By Claire Clarke, Managing Partner, Mills & Reeve
A recent survey by the Law Society found that nearly half of legal sector workers believe that reaching senior levels demands an unacceptable work-life balance.
This is leading to talent shortages and a lack of diversity at the top: while women make up more than half of solicitors at UK law firms, only 28 percent of partners are female.
At Mills & Reeve, we recognise the benefits of doing things differently. I became the firm’s first female managing partner in 2015, and I’m also a mother of four and therefore understand the challenges of juggling a career with the demands of a young family. I am very aware of the challenges facing women in the legal industry, and I believe that it’s critical for law firms to get better at recruiting and retaining talented women.
To do this, firms need to build genuinely inclusive and collaborative cultures. Our determination to do this at Mills & Reeve is paying off: 97% of our staff say that they’d recommend the firm as a good place to work, and we’ve been named in the Sunday Times 100 Best Companies to Work For list 16 years running.
This focus on workplace culture doesn’t run counter to our commercial objectives. In fact, it helps us to provide the best possible service for our clients. We believe it’s one of our key differentiators, and it drives our success.
These are my top tips on building an inclusive culture and a look at some of the ways that we do things differently.
1. Value staff at career crossroads
Whether it’s a new parent returning from parental leave, or an employee who’s taken a career break and then rejoined the company, we recognise the value that people can add at different points in their career. Recently, an employee returning to the firm after maternity leave was given the space to create a new product. And we’ve frequently welcomed back “boomerang” employees who leave for a new adventure and then return to the firm.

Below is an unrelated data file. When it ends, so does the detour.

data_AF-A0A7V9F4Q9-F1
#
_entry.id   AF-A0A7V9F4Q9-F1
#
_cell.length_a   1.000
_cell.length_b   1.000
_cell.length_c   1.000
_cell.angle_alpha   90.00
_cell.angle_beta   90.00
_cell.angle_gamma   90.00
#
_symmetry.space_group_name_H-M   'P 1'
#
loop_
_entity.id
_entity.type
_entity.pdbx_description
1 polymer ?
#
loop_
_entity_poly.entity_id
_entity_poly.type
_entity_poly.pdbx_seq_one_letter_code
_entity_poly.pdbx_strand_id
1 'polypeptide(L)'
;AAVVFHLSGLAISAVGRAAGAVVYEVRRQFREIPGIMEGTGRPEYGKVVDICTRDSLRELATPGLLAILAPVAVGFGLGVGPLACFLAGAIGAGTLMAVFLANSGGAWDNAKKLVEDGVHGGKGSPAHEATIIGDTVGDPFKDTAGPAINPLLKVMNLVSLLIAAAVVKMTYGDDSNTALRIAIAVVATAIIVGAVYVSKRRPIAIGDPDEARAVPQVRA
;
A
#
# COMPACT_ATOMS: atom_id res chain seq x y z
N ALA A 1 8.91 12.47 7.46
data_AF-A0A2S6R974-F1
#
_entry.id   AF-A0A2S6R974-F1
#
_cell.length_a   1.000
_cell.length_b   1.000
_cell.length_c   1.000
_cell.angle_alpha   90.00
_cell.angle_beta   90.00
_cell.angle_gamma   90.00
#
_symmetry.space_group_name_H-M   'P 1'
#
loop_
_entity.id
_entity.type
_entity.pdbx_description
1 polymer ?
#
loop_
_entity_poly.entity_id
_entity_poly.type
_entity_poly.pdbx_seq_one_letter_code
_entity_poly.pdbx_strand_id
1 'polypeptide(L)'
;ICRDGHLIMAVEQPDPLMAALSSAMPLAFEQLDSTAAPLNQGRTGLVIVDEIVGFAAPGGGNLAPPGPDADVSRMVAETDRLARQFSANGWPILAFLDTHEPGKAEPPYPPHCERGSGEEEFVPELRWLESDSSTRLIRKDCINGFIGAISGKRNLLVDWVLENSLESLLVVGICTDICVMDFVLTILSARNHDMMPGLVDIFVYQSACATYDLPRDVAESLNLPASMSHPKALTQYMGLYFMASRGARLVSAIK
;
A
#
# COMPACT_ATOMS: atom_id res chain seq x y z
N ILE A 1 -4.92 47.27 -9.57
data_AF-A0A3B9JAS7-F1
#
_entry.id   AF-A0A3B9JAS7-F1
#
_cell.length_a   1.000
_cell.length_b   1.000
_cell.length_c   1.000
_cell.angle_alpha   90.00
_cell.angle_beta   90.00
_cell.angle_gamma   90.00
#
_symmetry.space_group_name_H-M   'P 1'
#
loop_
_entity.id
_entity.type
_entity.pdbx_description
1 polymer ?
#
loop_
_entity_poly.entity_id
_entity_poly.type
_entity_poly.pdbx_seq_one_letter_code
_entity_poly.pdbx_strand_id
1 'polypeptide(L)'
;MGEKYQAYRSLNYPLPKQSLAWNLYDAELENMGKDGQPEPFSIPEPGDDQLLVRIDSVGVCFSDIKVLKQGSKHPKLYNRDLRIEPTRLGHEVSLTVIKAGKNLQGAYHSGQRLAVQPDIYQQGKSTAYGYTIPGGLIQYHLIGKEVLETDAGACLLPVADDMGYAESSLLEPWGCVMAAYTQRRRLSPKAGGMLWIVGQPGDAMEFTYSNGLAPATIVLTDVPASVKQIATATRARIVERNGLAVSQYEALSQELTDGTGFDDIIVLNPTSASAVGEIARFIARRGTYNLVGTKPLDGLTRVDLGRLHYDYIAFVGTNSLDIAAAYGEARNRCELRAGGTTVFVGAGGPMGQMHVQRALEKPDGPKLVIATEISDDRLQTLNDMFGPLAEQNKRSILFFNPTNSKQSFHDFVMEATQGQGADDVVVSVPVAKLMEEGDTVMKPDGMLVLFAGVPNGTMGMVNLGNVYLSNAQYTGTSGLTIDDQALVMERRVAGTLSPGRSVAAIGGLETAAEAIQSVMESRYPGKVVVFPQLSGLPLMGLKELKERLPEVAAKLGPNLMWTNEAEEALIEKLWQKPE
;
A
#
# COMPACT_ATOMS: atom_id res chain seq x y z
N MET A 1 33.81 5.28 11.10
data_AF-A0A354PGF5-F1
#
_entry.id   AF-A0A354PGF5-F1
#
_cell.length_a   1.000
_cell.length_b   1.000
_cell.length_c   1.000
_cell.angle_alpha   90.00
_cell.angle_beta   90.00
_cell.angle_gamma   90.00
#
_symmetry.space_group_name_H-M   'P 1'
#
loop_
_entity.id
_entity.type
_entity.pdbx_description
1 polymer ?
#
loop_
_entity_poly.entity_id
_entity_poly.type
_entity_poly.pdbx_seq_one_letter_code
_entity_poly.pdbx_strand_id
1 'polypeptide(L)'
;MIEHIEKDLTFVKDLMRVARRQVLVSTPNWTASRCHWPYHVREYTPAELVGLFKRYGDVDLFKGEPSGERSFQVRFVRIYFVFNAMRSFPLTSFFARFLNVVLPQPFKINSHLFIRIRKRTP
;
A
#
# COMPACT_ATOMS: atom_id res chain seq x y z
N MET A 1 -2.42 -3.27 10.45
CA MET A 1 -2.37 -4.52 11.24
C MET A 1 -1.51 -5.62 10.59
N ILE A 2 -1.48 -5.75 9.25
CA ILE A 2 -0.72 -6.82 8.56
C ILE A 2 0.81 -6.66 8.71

We understand, however, that employees may need extra support during these transition periods. We’ve carefully designed “keep in touch” programmes for women to stay in contact with the business while on maternity leave, and our maternity and paternity mentor initiatives provide support to mothers and fathers returning to work.
2. Embrace flexible working
According to the Law Society survey, 91% of legal professionals believe that flexible working could help women overcome barriers to career progression.
At Mills & Reeve, we encourage agile working practices and use technology to enable flexible working. An increasing number of our people now work from home on a regular basis, and we often approve flexible working requests so that employees can manage their work alongside caring responsibilities and other commitments.
3. Promote and reward people fairly
We place great emphasis on commercial skills, ambition and innovation. Part of our 2020 strategy is to help our people develop. This year we have boosted our number of partners to 132, with seven principal associates promoted in June 2019. The majority of those promoted this year were women.
And because we believe that everyone should share in the success of our firm, almost all employees receive a bonus. For every non-partner, regardless of position, seniority or salary, the same bonus is rewarded. The scheme is fully transparent and operates on a shared enterprise basis.
4. Create a collegiate culture
We’re keen to have as little hierarchy as possible at work, and our business strategy is co-created by people across the firm. We’ve set up working groups that involve a wide cross-section of employees, so that people at all levels help to shape the strategy.